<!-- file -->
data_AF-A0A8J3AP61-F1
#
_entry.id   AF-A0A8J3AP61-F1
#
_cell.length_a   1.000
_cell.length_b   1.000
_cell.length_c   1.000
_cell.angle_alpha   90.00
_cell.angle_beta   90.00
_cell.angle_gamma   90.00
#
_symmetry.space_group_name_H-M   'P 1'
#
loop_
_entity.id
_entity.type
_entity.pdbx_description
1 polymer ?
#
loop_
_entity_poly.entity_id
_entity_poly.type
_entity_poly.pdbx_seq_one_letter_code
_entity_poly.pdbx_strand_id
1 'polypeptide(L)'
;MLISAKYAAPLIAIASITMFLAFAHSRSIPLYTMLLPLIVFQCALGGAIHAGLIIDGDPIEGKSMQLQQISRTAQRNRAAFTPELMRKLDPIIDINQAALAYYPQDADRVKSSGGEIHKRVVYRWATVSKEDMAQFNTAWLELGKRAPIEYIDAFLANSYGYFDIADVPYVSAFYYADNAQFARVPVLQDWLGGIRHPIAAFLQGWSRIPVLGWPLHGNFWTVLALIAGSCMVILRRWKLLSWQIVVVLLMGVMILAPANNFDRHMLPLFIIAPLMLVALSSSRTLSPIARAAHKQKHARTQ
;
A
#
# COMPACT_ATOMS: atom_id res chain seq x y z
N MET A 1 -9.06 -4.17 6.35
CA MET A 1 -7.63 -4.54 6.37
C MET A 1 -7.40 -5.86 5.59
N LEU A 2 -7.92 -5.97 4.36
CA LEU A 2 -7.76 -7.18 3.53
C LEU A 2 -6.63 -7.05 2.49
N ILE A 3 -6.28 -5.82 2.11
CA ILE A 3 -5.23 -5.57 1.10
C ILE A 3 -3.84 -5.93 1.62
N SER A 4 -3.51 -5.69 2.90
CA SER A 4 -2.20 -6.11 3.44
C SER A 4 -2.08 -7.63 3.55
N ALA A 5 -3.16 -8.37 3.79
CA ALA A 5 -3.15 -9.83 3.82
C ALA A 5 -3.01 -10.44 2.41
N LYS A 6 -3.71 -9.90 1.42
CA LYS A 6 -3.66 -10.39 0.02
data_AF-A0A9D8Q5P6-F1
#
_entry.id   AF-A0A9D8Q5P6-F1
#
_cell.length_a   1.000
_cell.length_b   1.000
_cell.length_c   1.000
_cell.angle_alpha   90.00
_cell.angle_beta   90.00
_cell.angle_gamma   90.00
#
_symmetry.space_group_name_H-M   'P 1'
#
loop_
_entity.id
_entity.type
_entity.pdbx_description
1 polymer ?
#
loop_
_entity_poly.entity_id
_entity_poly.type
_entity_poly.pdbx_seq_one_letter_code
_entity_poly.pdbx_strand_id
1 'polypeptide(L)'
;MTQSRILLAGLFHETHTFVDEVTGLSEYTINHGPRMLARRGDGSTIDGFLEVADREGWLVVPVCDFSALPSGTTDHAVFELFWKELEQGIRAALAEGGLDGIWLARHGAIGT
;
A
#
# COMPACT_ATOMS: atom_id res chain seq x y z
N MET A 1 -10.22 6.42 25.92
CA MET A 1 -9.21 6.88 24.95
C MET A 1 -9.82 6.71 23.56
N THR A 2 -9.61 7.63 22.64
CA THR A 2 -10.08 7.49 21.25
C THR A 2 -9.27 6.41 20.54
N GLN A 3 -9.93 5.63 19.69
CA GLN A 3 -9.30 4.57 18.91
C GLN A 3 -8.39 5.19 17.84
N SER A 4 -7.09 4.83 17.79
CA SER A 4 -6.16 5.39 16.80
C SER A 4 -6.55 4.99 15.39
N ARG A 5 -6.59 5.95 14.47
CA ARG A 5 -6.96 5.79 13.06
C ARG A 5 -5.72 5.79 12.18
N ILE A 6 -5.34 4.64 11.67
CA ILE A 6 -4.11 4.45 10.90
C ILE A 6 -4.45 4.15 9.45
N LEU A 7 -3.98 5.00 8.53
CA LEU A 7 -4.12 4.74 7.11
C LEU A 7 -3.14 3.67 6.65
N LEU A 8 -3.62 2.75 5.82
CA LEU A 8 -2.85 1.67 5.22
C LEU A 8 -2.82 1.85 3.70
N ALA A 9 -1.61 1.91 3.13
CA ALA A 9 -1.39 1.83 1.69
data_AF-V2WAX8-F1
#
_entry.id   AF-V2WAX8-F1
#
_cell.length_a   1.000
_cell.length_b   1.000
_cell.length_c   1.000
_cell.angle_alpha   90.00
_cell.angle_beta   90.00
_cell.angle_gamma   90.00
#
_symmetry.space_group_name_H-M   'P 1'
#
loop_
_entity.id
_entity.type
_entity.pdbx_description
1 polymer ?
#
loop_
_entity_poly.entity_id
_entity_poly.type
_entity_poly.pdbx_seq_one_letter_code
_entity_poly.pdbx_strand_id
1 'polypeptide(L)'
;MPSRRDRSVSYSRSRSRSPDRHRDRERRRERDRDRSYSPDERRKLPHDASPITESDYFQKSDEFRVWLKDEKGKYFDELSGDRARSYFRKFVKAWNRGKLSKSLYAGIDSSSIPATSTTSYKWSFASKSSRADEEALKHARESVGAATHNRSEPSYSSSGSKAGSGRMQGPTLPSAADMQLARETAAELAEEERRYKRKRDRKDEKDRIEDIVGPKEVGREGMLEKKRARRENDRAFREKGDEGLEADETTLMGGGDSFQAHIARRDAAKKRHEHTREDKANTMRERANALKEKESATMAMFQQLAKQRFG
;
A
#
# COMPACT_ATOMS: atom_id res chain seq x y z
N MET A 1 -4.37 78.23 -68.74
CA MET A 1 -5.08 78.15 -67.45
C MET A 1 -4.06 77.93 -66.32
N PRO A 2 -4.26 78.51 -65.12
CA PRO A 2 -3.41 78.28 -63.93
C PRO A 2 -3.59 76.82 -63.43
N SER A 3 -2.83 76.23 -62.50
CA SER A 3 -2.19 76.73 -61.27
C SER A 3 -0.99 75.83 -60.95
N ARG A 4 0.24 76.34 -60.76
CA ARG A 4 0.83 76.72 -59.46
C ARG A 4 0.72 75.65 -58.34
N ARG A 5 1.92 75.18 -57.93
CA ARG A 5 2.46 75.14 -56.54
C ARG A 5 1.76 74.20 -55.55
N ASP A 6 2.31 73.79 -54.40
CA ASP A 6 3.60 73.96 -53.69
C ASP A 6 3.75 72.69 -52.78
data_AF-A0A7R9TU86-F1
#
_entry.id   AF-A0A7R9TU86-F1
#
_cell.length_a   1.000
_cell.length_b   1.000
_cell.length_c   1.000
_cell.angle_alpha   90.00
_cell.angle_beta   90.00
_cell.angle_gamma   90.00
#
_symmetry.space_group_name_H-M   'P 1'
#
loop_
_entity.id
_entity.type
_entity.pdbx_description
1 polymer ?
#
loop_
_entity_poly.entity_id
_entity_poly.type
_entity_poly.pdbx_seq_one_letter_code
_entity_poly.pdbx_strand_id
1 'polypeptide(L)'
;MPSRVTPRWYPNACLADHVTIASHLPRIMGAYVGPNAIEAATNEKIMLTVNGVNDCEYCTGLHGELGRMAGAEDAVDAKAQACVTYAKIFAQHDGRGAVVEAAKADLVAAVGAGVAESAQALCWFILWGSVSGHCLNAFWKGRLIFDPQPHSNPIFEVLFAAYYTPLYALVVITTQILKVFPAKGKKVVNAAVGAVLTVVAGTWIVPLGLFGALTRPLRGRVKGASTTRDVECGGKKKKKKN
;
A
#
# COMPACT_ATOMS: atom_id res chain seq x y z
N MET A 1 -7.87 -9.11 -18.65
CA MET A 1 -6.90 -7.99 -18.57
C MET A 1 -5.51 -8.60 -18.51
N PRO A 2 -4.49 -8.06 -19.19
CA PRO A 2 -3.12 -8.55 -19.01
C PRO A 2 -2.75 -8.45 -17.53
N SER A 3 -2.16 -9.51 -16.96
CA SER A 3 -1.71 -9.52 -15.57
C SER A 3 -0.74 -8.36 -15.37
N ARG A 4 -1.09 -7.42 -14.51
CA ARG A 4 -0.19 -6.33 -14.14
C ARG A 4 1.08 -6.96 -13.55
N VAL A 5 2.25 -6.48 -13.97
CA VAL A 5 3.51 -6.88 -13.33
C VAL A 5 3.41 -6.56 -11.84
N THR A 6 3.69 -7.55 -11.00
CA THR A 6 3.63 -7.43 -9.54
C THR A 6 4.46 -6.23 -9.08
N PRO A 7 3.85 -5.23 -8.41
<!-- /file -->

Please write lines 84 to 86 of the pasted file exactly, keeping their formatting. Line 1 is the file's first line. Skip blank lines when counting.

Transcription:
N GLN A 3 -9.93 5.63 19.69
CA GLN A 3 -9.30 4.57 18.91
C GLN A 3 -8.39 5.19 17.84